Major fraud happened in crypto (again, unfortunately), ending in the bankruptcy of one of the largest crypto exchanges. FTX mishandled clients’ assets by lending them to its affiliated hedge fund (Alameda) that, in turn, lost almost all of it (or invested it in illiquid assets), taking down both companies and a large number of FTX subsidiaries (combined, more than 130 companies were put in bankruptcy protection). The whole story is in the last link below.

It seems that crypto markets are repeating the same mistakes that participants in traditional capital markets made, just with an accelerated timeline. If it took (modern) capital markets 120 years to get to their current less-than-perfect state, crypto markets are currently on the path to almost repeat the whole history in just 12 years. From pump and dump schemes, euphorias, market bubbles, and subsequent collapses to more sophisticated fraud - human psychology (mostly fear and greed) create such cycles no matter what the underlying asset is. There is a reason regulations require that exchanges, brokers, custodians, central securities depositories, etc., are separate entities with their own risk control measures… A lesson that most participants in crypto have not yet learned.

On the other hand, one would expect that the prices of cryptocurrencies would drop significantly more given the scale of the FTX downfall - major cryptocurrencies lost about 20% of their value since the news broke and have stabilised. Bitcoin, for example, is now about 75% lower than a year ago, as seen in the chart below. It is impossible to know if the market bottom has been reached, but the sentiment has changed in the last year from euphoria to pessimism.

Interesting content I’ve read/listened to in the past weeks:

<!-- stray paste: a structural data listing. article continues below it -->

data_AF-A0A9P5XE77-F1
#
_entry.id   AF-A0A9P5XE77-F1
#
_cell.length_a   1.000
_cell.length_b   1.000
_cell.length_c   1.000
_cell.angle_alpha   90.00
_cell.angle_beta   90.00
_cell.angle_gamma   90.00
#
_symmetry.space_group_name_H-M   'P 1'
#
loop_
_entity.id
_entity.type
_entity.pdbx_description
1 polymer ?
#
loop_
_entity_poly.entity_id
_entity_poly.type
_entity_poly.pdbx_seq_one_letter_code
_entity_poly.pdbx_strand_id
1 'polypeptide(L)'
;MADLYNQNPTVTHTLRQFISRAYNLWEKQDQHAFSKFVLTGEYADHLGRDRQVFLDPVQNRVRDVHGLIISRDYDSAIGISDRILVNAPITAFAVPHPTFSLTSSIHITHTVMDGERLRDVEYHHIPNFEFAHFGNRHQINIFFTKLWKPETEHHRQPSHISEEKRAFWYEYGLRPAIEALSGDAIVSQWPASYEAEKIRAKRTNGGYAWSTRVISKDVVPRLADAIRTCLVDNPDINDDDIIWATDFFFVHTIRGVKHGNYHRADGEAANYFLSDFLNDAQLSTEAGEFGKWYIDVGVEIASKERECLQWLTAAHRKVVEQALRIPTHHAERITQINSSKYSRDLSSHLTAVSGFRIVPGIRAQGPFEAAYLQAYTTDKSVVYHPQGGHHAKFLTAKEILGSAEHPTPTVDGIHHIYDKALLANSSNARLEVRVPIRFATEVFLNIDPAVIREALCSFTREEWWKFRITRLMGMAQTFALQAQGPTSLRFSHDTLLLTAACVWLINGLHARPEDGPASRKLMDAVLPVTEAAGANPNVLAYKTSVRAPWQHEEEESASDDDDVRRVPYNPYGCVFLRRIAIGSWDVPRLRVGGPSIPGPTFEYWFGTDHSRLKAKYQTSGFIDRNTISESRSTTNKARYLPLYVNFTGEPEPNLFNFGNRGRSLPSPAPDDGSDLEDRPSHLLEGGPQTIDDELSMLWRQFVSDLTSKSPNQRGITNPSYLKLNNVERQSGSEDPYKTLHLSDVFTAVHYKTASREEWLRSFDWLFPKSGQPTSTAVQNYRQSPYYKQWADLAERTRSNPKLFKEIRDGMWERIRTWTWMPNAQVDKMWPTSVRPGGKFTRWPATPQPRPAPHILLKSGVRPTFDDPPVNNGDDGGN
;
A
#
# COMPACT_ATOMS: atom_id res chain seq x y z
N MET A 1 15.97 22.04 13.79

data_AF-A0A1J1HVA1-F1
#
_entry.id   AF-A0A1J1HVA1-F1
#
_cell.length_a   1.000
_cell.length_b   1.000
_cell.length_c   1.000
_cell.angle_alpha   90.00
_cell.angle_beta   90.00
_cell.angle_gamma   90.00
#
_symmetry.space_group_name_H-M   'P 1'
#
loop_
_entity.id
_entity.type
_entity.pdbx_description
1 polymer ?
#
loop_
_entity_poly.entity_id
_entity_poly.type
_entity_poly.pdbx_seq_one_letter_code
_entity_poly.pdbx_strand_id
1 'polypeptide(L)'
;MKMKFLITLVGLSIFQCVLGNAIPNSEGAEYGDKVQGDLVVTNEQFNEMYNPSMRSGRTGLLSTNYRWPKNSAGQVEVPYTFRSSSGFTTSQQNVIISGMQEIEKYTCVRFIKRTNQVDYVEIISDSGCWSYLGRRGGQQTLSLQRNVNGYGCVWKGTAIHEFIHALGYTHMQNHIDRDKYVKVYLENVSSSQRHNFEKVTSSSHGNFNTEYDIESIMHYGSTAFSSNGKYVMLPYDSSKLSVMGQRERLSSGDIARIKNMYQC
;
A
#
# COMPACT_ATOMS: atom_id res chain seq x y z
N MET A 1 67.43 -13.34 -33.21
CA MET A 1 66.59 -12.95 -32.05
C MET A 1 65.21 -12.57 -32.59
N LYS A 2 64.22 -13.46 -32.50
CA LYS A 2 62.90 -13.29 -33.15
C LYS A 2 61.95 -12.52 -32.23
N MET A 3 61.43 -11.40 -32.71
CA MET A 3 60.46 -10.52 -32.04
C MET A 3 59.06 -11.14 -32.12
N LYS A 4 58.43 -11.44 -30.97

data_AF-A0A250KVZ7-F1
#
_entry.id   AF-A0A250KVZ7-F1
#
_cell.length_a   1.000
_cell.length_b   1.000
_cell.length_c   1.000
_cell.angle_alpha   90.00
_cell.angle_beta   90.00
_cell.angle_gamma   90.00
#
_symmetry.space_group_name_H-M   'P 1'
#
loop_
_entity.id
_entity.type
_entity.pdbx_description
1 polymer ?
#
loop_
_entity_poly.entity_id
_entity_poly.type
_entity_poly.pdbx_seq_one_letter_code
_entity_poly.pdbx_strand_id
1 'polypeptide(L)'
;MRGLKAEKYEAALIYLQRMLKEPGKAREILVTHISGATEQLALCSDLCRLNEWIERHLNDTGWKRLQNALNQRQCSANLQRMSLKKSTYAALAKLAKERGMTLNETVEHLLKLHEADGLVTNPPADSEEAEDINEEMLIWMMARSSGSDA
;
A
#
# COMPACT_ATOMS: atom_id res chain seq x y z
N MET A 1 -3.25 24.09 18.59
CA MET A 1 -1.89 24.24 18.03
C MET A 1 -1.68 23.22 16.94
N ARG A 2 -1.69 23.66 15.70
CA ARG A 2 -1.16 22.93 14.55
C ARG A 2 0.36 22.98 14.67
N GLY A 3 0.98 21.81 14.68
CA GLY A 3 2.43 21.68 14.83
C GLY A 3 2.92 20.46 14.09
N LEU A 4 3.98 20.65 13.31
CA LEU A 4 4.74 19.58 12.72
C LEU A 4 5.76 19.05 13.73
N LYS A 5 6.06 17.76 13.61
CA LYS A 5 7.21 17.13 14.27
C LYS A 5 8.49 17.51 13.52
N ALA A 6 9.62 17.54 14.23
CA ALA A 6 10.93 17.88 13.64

[Podcast] A Macro Tour with Bob Elliot (Invest Like the Best)

[Video] Taking the Punch Bowl Away by David Rosenberg

[Article] FTX’s Balance Sheet Was Bad by Matt Levine

A picture is worth a thousand words:

Best,
Luka

NEWSLETTER - 1.12.2022

Hello.

I hope you are doing well.

Does macro matter when investing?

Markets have been mostly driven by the macro environment in the past few years - lockdowns, supply chain bottlenecks, government subsidies and stimulus packages, the war in Ukraine, and inflation. All events that bottom-up stock picker would usually ignore while they still had a major influence on the returns of all assets.

As the economy is going through cycles, so are markets and the influence of macro on markets. In the two podcasts below about the topic, both Howard Marks and Cullen Roche reach the same conclusion - macro is important, but that does not mean investors should try to forecast it. As Howard says: “You can’t predict, you can prepare”.

[Podcast] What Really Matters by Howard Marks

[Article] What Really Matters by Howard Marks

[Podcast] Why Macro Matters with Cullen Roche

[Podcast] Jim Chanos on Crypto, Tech and the Golden Age of Fraud

Best,
Luka

NEWSLETTER: 15.12.2022

Hello.

I hope you are doing well.

Has the market changed?